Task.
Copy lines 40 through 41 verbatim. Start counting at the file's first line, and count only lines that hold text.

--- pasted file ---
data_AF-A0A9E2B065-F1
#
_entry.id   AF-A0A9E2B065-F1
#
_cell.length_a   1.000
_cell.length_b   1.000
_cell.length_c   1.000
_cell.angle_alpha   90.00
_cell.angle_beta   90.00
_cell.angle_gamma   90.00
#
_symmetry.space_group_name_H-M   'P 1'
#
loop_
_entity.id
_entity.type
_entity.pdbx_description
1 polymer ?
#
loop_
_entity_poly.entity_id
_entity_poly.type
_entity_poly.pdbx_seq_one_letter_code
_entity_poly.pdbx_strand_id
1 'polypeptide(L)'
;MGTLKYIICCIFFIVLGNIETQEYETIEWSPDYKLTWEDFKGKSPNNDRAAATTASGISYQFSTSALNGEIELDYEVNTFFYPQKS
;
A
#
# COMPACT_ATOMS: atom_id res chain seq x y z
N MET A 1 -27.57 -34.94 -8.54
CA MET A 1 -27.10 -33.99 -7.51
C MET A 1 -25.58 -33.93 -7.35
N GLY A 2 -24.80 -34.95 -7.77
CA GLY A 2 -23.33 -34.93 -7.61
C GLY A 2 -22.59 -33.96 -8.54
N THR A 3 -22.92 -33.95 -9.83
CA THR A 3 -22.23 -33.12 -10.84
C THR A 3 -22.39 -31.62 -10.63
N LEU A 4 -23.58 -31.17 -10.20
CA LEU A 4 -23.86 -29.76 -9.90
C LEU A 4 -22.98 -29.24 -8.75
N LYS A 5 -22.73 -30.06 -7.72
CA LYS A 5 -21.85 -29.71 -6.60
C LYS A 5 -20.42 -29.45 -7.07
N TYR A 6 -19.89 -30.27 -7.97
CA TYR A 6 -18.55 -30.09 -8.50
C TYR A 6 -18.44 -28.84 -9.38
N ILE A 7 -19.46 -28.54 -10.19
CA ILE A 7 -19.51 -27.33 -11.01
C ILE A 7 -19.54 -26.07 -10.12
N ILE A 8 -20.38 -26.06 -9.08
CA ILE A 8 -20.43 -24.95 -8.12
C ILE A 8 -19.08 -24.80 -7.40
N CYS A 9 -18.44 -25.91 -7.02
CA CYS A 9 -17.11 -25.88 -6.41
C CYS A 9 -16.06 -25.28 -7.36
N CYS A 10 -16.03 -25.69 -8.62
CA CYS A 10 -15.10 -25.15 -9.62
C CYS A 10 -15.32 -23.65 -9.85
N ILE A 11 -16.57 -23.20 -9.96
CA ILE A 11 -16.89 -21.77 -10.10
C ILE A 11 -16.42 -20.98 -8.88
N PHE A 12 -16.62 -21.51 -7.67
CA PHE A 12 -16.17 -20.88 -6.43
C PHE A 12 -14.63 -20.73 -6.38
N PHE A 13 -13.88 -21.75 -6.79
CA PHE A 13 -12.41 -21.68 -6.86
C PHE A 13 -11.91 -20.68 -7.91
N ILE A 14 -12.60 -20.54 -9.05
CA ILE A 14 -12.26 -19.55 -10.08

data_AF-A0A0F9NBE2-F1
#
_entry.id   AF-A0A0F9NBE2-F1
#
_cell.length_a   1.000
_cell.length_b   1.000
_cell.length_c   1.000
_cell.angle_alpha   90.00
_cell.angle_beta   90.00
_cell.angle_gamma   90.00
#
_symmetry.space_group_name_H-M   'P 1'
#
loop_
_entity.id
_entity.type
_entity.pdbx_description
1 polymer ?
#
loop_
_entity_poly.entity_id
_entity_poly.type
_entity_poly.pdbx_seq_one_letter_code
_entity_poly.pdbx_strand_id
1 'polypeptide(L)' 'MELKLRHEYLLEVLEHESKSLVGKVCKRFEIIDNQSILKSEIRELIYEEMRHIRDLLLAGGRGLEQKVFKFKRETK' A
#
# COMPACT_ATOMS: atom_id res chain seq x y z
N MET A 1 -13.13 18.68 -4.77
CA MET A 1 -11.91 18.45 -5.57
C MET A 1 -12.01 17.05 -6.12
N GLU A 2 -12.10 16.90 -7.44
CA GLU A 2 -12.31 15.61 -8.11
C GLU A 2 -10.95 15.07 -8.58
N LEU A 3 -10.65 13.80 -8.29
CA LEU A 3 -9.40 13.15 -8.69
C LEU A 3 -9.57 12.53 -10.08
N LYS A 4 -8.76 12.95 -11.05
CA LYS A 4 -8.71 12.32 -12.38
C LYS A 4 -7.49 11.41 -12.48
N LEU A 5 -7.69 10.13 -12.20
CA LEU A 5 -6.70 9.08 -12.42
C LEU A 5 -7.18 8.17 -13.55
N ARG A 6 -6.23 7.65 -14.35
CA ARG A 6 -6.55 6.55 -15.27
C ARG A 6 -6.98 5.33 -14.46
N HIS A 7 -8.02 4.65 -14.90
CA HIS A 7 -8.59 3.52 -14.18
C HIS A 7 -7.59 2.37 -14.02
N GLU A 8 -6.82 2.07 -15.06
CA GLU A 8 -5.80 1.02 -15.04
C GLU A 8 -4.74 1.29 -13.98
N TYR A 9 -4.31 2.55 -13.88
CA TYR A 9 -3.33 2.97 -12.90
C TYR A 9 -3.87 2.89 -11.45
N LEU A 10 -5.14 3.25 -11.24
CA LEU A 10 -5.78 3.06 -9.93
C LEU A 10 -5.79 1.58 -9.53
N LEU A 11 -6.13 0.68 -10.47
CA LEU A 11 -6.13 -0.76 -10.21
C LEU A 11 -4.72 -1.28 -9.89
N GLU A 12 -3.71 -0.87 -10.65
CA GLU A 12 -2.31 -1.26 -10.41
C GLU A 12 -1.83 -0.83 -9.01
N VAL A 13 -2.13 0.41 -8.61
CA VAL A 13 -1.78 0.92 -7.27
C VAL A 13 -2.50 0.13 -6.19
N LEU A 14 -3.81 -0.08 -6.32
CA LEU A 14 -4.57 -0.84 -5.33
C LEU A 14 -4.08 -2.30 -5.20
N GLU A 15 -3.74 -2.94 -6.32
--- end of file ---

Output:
N LEU A 4 -23.58 -31.17 -10.20
CA LEU A 4 -23.86 -29.76 -9.90